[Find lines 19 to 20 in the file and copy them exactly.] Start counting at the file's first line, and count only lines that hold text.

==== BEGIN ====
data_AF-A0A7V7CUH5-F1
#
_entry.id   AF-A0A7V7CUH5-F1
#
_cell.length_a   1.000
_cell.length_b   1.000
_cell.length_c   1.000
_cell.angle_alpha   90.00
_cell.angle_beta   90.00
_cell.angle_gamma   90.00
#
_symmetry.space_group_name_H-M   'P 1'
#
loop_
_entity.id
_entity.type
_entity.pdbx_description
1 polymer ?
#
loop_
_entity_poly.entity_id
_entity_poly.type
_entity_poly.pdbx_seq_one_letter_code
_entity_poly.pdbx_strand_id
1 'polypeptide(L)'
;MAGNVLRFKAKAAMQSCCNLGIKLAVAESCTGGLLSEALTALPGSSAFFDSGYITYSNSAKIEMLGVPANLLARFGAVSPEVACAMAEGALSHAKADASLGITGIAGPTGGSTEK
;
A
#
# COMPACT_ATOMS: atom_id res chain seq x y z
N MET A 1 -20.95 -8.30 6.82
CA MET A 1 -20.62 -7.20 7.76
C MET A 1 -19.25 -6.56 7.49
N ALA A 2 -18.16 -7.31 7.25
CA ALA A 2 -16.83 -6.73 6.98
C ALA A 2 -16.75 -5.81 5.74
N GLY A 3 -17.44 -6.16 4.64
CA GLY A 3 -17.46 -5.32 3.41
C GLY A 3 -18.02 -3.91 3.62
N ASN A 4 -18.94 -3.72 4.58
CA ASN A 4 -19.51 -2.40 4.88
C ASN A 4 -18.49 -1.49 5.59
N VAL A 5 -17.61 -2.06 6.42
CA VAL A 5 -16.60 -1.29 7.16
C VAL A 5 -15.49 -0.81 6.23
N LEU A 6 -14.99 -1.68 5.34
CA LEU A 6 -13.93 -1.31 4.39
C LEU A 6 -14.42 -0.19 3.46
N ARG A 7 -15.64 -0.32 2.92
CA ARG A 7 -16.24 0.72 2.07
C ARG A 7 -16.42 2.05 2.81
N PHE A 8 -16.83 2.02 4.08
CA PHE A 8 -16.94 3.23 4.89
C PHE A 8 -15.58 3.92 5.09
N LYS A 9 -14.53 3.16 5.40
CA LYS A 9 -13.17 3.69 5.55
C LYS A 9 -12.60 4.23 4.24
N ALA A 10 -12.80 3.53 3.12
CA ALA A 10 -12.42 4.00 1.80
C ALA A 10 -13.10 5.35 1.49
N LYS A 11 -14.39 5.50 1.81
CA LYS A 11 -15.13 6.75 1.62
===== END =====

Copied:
#
loop_